It’s odd that Obama touts these facts, because the facts indict his policies. This is even stranger: Many Republicans want to downplay these facts, even though they provide the GOP with an opening.
Obama’s first term, with all its tax hikes, regulations, mandates, subsidies and bailouts, saw stock markets rise, corporate earnings break records and the rich get richer, while median income stagnated and unemployment remained stubbornly high. Continue reading
Will Rogers once said, “It is a good thing that we do not get as much government as we pay for.” That may be true, but I think we all wish we were paying for a lot less government and a lot less taxes. Our federal government is at historically high levels of spending — in recent years gobbling up nearly 25% of the total economic output.
Every year, the federal government spends more money than it did the last year. Even this year with the “sequester,” federal government will spend more money this year than it did the year before. Continue reading
“In the Obamaian universe, the units of the private economy . . . are satellites orbiting the great fixed planet of public spending.”
by Daniel Henninger
It may be that we have to move beyond politics alone to explain events in Washington. We are in the fifth year of the Obama presidency, and Washington is still dead in the water. Four straight years in which the government of the United States of America fails to enact a budget is, well, amazing.
The sense is growing around Washington, and this increasingly includes Democrats, of living in an alternative universe. Barack Obama gives his State of the Union speech, the sequester looms, and the president flies around the country giving speeches. He’s had virtually no contact on the sequester with the legislative branch. Continue reading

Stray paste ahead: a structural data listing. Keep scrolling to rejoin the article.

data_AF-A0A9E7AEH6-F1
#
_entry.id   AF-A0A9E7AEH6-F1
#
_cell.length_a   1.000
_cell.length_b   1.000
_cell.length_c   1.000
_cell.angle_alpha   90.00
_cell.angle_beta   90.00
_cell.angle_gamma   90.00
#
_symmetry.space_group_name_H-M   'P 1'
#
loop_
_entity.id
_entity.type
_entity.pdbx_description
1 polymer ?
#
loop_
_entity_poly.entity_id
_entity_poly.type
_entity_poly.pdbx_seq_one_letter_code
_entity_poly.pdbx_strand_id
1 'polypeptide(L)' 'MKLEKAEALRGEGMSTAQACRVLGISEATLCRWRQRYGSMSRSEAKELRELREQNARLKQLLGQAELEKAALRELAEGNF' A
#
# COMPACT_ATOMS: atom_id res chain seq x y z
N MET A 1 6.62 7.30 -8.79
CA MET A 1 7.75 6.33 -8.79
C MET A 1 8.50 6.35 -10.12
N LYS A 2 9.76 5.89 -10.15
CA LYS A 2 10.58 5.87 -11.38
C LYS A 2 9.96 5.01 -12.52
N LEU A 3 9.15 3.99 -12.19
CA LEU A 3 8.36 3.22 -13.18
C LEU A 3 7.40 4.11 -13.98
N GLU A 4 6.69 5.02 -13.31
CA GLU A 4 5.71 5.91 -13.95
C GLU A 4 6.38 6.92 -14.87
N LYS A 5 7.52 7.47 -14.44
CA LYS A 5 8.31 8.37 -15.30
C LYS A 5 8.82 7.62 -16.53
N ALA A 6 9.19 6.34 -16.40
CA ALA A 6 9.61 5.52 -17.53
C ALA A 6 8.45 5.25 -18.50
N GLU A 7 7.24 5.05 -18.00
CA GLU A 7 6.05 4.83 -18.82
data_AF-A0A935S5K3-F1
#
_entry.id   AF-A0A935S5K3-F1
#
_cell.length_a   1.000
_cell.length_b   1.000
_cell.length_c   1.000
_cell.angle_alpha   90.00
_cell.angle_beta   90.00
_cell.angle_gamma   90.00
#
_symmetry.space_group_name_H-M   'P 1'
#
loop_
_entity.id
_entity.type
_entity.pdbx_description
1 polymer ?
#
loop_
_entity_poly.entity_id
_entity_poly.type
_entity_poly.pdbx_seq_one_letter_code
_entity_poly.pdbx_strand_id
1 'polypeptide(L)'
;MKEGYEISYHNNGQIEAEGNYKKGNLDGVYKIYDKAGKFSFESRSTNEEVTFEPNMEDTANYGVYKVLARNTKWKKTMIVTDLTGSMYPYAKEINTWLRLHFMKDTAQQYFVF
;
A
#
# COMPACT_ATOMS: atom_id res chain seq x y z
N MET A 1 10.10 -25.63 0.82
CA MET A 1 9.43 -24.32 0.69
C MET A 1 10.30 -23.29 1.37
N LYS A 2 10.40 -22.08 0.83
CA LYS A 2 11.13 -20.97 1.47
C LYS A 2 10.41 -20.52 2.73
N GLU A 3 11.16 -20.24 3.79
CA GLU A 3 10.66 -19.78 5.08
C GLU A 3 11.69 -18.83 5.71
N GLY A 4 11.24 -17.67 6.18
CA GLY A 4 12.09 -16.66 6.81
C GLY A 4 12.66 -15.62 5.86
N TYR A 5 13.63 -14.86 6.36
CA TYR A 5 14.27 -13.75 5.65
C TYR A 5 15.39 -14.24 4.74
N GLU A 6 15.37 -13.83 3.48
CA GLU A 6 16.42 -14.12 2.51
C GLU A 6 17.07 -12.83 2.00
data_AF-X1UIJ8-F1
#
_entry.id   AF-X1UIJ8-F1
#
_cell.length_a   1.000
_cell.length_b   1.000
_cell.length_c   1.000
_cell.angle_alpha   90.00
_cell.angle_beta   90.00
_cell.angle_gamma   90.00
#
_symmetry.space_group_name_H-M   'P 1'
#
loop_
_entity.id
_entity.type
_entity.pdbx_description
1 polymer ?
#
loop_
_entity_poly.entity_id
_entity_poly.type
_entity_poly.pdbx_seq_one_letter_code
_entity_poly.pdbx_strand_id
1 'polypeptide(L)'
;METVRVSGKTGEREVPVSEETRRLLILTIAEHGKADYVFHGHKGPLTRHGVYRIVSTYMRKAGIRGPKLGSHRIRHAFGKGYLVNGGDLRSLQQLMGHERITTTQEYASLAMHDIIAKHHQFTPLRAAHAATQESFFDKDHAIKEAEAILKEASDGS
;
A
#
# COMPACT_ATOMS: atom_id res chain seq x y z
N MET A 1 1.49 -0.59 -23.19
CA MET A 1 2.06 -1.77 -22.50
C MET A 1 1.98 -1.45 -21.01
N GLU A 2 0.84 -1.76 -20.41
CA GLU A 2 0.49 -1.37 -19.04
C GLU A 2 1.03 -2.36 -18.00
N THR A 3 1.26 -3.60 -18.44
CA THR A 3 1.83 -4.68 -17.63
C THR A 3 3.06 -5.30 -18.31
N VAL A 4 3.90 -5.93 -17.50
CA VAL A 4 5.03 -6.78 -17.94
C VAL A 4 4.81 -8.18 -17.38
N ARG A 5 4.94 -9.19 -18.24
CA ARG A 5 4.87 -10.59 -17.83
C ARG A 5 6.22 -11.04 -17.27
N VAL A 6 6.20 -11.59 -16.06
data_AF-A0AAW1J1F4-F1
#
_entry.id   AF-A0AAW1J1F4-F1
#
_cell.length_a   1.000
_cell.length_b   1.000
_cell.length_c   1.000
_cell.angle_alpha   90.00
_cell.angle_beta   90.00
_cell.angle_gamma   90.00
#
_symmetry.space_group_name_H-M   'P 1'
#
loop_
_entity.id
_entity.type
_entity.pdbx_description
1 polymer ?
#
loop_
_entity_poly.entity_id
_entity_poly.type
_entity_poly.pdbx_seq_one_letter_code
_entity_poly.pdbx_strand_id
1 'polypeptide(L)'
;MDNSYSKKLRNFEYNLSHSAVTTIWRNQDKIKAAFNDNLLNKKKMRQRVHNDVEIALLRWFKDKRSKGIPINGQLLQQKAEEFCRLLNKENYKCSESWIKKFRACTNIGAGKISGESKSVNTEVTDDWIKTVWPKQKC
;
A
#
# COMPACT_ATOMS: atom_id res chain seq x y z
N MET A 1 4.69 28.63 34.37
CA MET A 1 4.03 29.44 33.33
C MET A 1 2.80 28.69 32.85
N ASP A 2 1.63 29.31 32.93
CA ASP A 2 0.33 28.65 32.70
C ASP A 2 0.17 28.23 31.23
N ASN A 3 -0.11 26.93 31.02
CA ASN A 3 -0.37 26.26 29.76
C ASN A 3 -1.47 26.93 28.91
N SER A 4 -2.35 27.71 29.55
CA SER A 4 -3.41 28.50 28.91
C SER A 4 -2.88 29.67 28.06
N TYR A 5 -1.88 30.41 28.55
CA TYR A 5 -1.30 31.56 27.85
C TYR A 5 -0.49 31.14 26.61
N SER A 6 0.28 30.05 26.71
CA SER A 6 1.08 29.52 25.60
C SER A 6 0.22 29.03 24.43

Worse, a veiled liberal threat to correct what they deem a “misallocation of wealth.”
by Scott L. Vanatter
Over the past week liberal House and Senate leaders have spoken openly about how they see America’s spending problem. They don’t see it. They claim that we don’t have a spending problem.
First, Rep. Pelosi (D-CA) relabeled it as a “priorities problem.” Then, Rep. Hoyer (D-MD) redefined it as a “paying-for problem.” Finally, Senator Harkin (D-IA) revealed the usually hidden liberal designs on capital. He turned the equation upside down by describing problem of a lack of funds to pay for what we have spent, not because we do not have a budget, but because we have “misallocation of wealth problem.” Continue reading
“This whole controversy: Are you entitled to the fruits of your own labor or does government have some presumptive right to spend and spend and spend?”
by Scott L. Vanatter
Ronald Reagan is well known for his multi-decade devotion America’s purpose and promise. By returning to these lofty ideas America would fulfill its destiny.
His July 27, 1981 speech was President Reagan’s main public effort to educate the nation on the benefits of a bipartisan bill to cut taxes and spending. He taught America, once again, how and why cutting taxes and spending (cutting the rate of growth of government spending) would make for a stronger economy — and help restore America’s latent greatness.
It was Reagan’s habit to speak on large themes. In this particular case he used a two-letter word to illustrate one of the largest of political themes. He stated that the people in electing him wanted to make a change from ‘by’ to ‘of.’ Succinctly put, “It doesn’t sound like much, but it sure can make a difference changing by government,’ ‘control by government’ to ‘control of government.’” Continue reading
Why isn’t there a debt clock in the convention hall in Charlotte, NC?
$16 TRILLION is an astronomical number. If you were to count from 1 to 1 million without stopping (assuming about 1 second per number on average), it would take about 12 days. If you were to count to 1 billion, it would take about 32 years. And if you were to count to 1 trillion, it would take about 31,710 years. And to count out the dollars of our current national debt of more than $16 trillion, it would take more than 507,357 years of counting one number each second without ever stopping. The point is — a trillion is a HUGE, GARGANTUAN number and 16 trillion is completely off the charts. We must have a serious national debate about cutting government spending. And then we must dramatically cut spending before we become the next Greece. We cannot delay.